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#1062 VariableNamingConventions: False positive for final variables that are no constants

PMD-Backlog
open
None
PMD
1-Blocker
Bug
2014-02-09
2013-01-21
Ingo von Otte
No

Hi,

currently the VariableNamingConventions rule requires that all static final variables must be named in upper case (e.g. MY_CONSTANT). However, according to the most code conventions (Java, Eclipse) only constants shall be named in upper case. We sometimes declare variables final although they are no constants. For example:

private static final Logger logger;

private static final HashMap<String,String> textCache = new HashMap<String,String>();

I would assume that a real constant is a final variable where the instance is immutable. Thus, I would only issue this warning, if the type of the variable is a primitive type or a wrapper for a primitive type (which is immutable).

What do you think about this potential rule change? If there is a consensus about the rule definition, i am willing to supply a patch.

Best regards,

Ingo

Discussion

  • Romain PELISSE
    Romain PELISSE
    2013-01-26

    Hi Ingo,

    Interesting debate indeed :)

    It's true that a variable called COUNTRY_MAP, for instance, holding a Map of countries, which should be somewhat immutable, would be perceived as a constant while being mutable. However, what I like is this convention is that it says to the developer that this object SHOULD NOT be modified. For instance, I would never do :

    COUNTRY_MAP.put("Sildavy",sildavy);

    While, I would have no issue (at least visually) writing the following piece of code:

    countryMap.put("Sildavy", sildavy);

    From this point of view, I would say that PMD flag make sense. What do you think ? What other people think ? :)

     
    • Ingo von Otte
      Ingo von Otte
      2013-02-01

      Hi Romain,

      thanks for your reply. I aggree that variables that should not be modified should have uppercase names, such as your example with COUNTRY_MAP. At the same time I have encountered cases, where static final variables are not meant to be constants, e.g.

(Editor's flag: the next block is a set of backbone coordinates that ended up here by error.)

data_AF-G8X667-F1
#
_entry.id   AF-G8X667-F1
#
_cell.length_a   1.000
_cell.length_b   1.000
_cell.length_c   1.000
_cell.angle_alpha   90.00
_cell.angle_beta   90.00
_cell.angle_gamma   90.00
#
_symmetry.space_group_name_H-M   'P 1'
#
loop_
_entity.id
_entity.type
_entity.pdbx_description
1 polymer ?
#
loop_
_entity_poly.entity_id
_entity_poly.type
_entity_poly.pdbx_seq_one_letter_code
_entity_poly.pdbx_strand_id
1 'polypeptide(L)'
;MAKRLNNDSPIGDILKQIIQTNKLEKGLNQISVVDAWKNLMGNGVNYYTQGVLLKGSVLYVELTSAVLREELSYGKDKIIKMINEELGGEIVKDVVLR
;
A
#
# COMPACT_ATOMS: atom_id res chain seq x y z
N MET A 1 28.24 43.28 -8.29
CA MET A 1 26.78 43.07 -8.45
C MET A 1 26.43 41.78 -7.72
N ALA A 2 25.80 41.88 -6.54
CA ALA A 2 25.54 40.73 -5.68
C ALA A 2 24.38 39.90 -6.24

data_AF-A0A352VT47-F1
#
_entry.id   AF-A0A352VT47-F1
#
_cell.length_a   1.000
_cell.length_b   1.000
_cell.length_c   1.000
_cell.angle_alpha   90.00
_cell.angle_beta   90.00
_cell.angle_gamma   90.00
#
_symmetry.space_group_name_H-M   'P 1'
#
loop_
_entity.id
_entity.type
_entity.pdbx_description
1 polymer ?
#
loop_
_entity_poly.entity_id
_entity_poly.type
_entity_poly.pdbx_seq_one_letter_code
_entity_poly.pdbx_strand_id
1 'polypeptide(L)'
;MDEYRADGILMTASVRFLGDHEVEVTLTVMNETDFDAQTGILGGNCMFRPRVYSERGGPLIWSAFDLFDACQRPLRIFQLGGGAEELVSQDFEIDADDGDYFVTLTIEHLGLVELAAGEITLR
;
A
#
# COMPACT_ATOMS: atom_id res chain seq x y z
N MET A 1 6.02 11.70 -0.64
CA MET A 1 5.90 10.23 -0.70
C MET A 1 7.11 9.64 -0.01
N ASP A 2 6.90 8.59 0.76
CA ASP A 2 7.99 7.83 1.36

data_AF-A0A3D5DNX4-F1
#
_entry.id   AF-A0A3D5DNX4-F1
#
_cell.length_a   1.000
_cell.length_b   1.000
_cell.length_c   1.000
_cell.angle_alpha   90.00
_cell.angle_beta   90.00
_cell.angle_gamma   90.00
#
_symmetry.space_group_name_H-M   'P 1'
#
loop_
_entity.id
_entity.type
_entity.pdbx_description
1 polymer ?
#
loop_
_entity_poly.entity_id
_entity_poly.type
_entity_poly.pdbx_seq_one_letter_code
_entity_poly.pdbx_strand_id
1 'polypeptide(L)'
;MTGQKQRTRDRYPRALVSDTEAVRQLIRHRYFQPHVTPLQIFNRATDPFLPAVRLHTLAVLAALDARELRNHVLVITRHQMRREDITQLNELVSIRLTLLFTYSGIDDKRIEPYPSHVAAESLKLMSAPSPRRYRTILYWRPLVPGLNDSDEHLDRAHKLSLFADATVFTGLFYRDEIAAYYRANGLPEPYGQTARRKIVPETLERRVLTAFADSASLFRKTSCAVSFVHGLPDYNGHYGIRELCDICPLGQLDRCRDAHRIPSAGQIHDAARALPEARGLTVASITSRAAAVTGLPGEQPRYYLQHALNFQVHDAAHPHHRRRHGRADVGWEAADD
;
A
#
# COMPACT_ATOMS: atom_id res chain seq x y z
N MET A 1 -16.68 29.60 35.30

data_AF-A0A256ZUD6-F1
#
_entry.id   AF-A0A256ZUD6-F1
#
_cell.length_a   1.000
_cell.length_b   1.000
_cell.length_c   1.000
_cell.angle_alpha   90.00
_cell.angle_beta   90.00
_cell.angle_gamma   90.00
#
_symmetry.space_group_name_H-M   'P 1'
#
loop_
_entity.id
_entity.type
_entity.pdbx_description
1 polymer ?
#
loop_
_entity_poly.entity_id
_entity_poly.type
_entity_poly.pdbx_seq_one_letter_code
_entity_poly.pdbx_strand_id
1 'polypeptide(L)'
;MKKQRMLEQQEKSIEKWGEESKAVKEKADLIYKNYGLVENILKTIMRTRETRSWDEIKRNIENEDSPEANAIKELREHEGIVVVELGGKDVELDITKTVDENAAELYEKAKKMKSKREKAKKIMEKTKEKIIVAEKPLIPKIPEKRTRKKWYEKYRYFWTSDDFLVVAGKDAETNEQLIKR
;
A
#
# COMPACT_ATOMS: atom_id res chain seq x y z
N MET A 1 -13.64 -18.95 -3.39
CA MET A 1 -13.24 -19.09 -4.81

private static final Logger logger;
      private static final HashMap textCache = new HashMap();

      Unfortunately, PMD can not distinguish these cases. However, for MOST CASES, it can, like:

      private static final int MY_CONSTANT = 1;
      private static final String STRING_CONSTANT = "abc";

      In these cases, we know that the variable is definetly a constant, either because it is a primitive type or an immutable object type.

      Thus, with my proposed change, PMD would find almost all wrongly named constants while allowing final static object variables to have a lower case name if they are no constants and are also not meant to be constants. Of course a PMD flag would be possible, but to be honest I think that the rule would still be strict enough to spare the addition of yet another switch.

      If you are interested, I have attached an updated rule to this post (look for "****" to find the important parts).

       
  • Romain PELISSE
    Romain PELISSE
    2013-01-26

    • Description has changed:

    Diff:

    --- old
    +++ new
    @@ -1,4 +1,3 @@
    -
     Hi,
    
     currently the VariableNamingConventions rule requires that all static final variables must be named in upper case (e.g. MY_CONSTANT). However, according to the most code conventions (Java, Eclipse) only constants shall be named in upper case. We sometimes declare variables final although they are no constants. For example:
    
    • status: open --> pending
    • assigned_to: Romain PELISSE
     
  • Ingo von Otte
    Ingo von Otte
    2013-02-01

    I can not see the attachement, so I'll try it a second time.

     
  • Andreas Dangel
    Andreas Dangel
    2014-02-09

    • status: pending --> open
    • Module: --> PMD
    • Milestone: PMD-5.0.x --> PMD-Backlog
    • Priority: 1 --> 1-Blocker
    • Type: --> Bug
    • Affects version: -->